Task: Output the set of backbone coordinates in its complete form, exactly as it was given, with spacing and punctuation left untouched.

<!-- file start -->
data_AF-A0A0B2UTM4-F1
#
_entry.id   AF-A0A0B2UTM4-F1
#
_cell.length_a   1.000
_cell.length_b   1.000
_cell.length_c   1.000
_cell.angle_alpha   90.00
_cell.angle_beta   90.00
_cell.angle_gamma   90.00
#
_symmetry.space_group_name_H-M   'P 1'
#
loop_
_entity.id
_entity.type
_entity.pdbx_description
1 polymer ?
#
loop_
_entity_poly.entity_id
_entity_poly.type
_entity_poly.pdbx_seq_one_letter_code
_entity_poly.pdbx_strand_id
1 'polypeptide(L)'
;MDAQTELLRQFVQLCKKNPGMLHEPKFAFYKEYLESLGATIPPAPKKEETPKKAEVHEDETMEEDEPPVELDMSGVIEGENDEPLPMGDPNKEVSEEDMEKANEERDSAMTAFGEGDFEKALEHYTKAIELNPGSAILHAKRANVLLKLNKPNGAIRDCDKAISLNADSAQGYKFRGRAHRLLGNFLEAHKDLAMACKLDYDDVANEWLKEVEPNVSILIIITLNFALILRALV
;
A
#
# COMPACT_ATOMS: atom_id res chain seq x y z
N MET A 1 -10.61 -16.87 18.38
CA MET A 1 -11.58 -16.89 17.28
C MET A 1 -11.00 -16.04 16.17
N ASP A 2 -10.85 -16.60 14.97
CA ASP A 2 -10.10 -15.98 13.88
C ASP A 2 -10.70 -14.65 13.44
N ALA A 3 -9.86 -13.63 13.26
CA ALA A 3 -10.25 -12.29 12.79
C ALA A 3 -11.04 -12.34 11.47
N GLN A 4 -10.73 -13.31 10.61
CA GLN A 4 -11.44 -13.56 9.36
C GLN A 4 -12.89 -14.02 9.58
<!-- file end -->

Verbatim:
data_AF-A0A0B2UTM4-F1
#
_entry.id   AF-A0A0B2UTM4-F1
#
_cell.length_a   1.000
_cell.length_b   1.000
_cell.length_c   1.000
_cell.angle_alpha   90.00
_cell.angle_beta   90.00
_cell.angle_gamma   90.00
#
_symmetry.space_group_name_H-M   'P 1'
#
loop_
_entity.id
_entity.type
_entity.pdbx_description
1 polymer ?
#
loop_
_entity_poly.entity_id
_entity_poly.type
_entity_poly.pdbx_seq_one_letter_code
_entity_poly.pdbx_strand_id
1 'polypeptide(L)'
;MDAQTELLRQFVQLCKKNPGMLHEPKFAFYKEYLESLGATIPPAPKKEETPKKAEVHEDETMEEDEPPVELDMSGVIEGENDEPLPMGDPNKEVSEEDMEKANEERDSAMTAFGEGDFEKALEHYTKAIELNPGSAILHAKRANVLLKLNKPNGAIRDCDKAISLNADSAQGYKFRGRAHRLLGNFLEAHKDLAMACKLDYDDVANEWLKEVEPNVSILIIITLNFALILRALV
;
A
#
# COMPACT_ATOMS: atom_id res chain seq x y z
N MET A 1 -10.61 -16.87 18.38
CA MET A 1 -11.58 -16.89 17.28
C MET A 1 -11.00 -16.04 16.17
N ASP A 2 -10.85 -16.60 14.97
CA ASP A 2 -10.10 -15.98 13.88
C ASP A 2 -10.70 -14.65 13.44
N ALA A 3 -9.86 -13.63 13.26
CA ALA A 3 -10.25 -12.29 12.79
C ALA A 3 -11.04 -12.34 11.47
N GLN A 4 -10.73 -13.31 10.61
CA GLN A 4 -11.44 -13.56 9.36
C GLN A 4 -12.89 -14.02 9.58